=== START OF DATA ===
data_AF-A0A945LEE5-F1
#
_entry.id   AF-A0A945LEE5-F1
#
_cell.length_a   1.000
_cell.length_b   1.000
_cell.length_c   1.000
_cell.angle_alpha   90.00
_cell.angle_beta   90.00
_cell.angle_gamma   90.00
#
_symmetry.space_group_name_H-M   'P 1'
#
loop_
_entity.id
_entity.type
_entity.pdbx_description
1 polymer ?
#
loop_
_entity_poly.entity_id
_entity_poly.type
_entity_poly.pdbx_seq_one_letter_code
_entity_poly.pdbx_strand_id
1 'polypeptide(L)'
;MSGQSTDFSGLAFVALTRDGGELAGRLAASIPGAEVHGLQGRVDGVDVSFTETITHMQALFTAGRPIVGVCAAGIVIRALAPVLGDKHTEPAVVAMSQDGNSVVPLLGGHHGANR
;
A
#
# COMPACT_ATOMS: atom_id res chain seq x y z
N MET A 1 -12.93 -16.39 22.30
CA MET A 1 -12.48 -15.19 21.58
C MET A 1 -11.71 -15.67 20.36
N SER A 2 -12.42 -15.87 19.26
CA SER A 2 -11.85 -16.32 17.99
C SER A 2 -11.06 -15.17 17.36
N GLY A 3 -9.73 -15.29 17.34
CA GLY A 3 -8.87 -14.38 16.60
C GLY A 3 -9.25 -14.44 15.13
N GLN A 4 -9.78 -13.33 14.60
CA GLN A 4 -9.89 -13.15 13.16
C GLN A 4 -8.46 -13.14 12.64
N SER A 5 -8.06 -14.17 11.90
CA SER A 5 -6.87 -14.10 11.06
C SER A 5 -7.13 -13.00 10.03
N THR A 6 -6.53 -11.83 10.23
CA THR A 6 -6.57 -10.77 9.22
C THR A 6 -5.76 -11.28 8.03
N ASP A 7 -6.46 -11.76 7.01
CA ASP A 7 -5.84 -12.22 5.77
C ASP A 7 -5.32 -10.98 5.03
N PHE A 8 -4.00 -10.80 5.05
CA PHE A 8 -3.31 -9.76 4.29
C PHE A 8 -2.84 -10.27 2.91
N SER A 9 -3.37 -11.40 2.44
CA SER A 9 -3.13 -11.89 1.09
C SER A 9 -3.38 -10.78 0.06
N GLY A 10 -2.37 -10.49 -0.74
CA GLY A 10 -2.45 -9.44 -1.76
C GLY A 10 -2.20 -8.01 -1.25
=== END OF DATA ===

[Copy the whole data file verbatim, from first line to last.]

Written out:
data_AF-A0A945LEE5-F1
#
_entry.id   AF-A0A945LEE5-F1
#
_cell.length_a   1.000
_cell.length_b   1.000
_cell.length_c   1.000
_cell.angle_alpha   90.00
_cell.angle_beta   90.00
_cell.angle_gamma   90.00
#
_symmetry.space_group_name_H-M   'P 1'
#
loop_
_entity.id
_entity.type
_entity.pdbx_description
1 polymer ?
#
loop_
_entity_poly.entity_id
_entity_poly.type
_entity_poly.pdbx_seq_one_letter_code
_entity_poly.pdbx_strand_id
1 'polypeptide(L)'
;MSGQSTDFSGLAFVALTRDGGELAGRLAASIPGAEVHGLQGRVDGVDVSFTETITHMQALFTAGRPIVGVCAAGIVIRALAPVLGDKHTEPAVVAMSQDGNSVVPLLGGHHGANR
;
A
#
# COMPACT_ATOMS: atom_id res chain seq x y z
N MET A 1 -12.93 -16.39 22.30
CA MET A 1 -12.48 -15.19 21.58
C MET A 1 -11.71 -15.67 20.36
N SER A 2 -12.42 -15.87 19.26
CA SER A 2 -11.85 -16.32 17.99
C SER A 2 -11.06 -15.17 17.36
N GLY A 3 -9.73 -15.29 17.34
CA GLY A 3 -8.87 -14.38 16.60
C GLY A 3 -9.25 -14.44 15.13
N GLN A 4 -9.78 -13.33 14.60
CA GLN A 4 -9.89 -13.15 13.16
C GLN A 4 -8.46 -13.14 12.64
N SER A 5 -8.06 -14.17 11.90
CA SER A 5 -6.87 -14.10 11.06
C SER A 5 -7.13 -13.00 10.03
N THR A 6 -6.53 -11.83 10.23
CA THR A 6 -6.57 -10.77 9.22
C THR A 6 -5.76 -11.28 8.03
N ASP A 7 -6.46 -11.76 7.01
CA ASP A 7 -5.84 -12.22 5.77
C ASP A 7 -5.32 -10.98 5.03
N PHE A 8 -4.00 -10.80 5.05
CA PHE A 8 -3.31 -9.76 4.29
C PHE A 8 -2.84 -10.27 2.91
N SER A 9 -3.37 -11.40 2.44
CA SER A 9 -3.13 -11.89 1.09
C SER A 9 -3.38 -10.78 0.06
N GLY A 10 -2.37 -10.49 -0.74
CA GLY A 10 -2.45 -9.44 -1.76
C GLY A 10 -2.20 -8.01 -1.25